Information / Library Sciences

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What can I do with this major?

Area

Employers

Strategies

Academic Library

  • Service to Faculty and Students
  • Reference
  • Circulation
  • Technical Services: Acquisitions, Cataloging, System Automation, Indexing/Abstracting, Archiving
  • Special Collections
  • Media Services
  • Teaching
  • Administration/
    Management
  • Research
  • Publishing

Universities and colleges

Earn a master's degree in library or information science from a program accredited by the American Library Association (ALA). Any bachelor's degree in liberal arts is good preparation. Classes in communications, foreign languages, business management, computer science and statistics can be helpful. Related undergraduate degree is useful when working with particular specialties such as art or agriculture. Develop excellent computer skills. May work one-on-one with students and faculty or teach and present seminars. Others may work in more technically-oriented positions such as systems design or database management.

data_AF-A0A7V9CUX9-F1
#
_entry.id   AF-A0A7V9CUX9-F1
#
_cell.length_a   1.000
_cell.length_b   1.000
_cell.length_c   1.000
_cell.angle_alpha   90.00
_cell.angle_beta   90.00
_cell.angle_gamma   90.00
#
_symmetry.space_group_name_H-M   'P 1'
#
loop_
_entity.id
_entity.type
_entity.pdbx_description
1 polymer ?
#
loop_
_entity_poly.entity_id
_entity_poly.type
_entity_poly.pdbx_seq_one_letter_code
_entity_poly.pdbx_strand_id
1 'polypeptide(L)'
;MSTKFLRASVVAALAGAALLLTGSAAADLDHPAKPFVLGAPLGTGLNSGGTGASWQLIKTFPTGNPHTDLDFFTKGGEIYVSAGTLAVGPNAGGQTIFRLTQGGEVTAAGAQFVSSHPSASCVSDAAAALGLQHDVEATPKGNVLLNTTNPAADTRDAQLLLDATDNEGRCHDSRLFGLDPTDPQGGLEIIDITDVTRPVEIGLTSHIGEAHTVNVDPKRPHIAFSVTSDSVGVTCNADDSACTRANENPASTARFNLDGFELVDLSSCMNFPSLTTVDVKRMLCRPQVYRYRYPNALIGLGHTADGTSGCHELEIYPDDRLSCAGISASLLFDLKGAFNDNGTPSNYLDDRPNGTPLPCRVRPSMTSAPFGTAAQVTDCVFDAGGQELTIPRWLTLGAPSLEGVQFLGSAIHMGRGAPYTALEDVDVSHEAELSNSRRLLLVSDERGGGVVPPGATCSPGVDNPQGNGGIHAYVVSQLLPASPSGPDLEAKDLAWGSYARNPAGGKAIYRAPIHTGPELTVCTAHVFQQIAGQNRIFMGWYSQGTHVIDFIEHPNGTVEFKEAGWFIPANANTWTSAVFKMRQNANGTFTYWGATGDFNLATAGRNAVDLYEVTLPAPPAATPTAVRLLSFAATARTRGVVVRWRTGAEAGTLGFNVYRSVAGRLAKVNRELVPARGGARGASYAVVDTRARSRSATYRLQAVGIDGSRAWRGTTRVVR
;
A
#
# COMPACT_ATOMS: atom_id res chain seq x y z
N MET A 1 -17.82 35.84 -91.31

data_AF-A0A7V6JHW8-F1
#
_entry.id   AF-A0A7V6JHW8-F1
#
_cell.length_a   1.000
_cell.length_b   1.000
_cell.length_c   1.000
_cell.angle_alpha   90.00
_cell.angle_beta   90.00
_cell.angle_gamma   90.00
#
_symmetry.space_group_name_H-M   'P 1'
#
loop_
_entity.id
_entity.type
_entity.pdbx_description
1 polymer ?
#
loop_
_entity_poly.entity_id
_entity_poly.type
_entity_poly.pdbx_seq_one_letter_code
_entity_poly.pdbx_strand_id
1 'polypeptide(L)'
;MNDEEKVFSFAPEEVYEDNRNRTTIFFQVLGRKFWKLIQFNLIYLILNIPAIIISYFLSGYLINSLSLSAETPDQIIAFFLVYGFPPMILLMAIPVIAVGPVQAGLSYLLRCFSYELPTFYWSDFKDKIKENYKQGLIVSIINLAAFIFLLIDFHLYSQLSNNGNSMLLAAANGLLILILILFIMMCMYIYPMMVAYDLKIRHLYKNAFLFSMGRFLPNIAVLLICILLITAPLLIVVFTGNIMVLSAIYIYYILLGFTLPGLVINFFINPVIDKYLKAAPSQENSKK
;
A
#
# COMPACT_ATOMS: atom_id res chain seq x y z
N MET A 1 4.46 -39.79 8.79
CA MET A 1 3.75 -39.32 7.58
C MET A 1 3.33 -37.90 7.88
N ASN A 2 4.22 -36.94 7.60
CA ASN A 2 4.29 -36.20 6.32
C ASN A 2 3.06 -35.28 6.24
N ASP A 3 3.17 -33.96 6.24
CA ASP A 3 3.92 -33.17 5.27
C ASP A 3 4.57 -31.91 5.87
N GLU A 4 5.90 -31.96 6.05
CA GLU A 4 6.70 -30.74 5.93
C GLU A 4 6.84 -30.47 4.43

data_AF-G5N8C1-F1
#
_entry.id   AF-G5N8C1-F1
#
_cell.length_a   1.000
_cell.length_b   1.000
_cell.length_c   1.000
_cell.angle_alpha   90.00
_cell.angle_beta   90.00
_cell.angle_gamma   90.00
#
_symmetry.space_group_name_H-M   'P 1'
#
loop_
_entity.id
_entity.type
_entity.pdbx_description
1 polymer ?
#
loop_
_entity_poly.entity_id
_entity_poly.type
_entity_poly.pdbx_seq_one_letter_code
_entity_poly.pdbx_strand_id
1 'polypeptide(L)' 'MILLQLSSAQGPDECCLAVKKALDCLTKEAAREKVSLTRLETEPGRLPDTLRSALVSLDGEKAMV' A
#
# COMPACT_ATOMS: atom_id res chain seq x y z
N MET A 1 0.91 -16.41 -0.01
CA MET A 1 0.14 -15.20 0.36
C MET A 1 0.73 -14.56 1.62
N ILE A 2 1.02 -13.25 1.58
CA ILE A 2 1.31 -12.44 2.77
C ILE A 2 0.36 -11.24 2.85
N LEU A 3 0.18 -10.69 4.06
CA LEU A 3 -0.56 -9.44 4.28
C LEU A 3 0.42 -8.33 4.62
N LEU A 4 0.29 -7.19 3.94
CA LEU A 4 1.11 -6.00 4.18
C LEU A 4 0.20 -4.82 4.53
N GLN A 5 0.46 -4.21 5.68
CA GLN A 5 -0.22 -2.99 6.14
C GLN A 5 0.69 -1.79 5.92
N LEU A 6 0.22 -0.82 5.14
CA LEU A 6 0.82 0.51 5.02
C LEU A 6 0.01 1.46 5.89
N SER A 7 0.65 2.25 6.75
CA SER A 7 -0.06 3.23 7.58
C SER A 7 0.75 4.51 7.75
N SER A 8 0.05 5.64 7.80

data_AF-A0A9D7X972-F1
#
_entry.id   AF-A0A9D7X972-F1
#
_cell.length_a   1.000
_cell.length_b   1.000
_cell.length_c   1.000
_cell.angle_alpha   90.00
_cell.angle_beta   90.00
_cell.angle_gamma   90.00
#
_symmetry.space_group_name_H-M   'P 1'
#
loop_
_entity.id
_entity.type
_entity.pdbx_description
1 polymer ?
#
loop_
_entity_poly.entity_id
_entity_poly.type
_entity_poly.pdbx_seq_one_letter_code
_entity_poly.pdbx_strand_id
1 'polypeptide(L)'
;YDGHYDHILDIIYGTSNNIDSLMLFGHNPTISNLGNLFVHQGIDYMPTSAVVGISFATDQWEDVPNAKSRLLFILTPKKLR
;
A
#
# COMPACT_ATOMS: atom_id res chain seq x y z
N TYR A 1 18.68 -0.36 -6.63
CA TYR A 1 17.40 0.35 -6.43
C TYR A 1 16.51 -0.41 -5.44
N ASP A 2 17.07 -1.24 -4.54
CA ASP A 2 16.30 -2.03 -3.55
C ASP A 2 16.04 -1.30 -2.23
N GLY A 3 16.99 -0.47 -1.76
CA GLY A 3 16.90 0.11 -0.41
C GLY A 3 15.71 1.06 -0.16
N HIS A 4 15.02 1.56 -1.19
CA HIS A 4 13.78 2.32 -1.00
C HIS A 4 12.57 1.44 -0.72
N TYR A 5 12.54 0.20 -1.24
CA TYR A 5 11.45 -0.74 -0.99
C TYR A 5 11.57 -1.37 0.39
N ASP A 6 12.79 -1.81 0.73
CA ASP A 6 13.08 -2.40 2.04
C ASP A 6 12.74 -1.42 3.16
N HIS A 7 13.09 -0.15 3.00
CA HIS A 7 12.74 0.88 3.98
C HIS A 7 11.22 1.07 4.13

Gain experience in business and management to work in administration. Work part-time in a college or university library to gain relevant experience.

Public Libraries

  • User/Reader Services: Reference, Information and Referral Services, Youth Services, Special Collections
  • Technical Services: Acquisitions, Serials Management, Collection Development, Cataloging, System Automation, Archiving
  • Administration

Central libraries

Library branches

Library services to jails, retirement homes, hospitals, etc.

Bookmobiles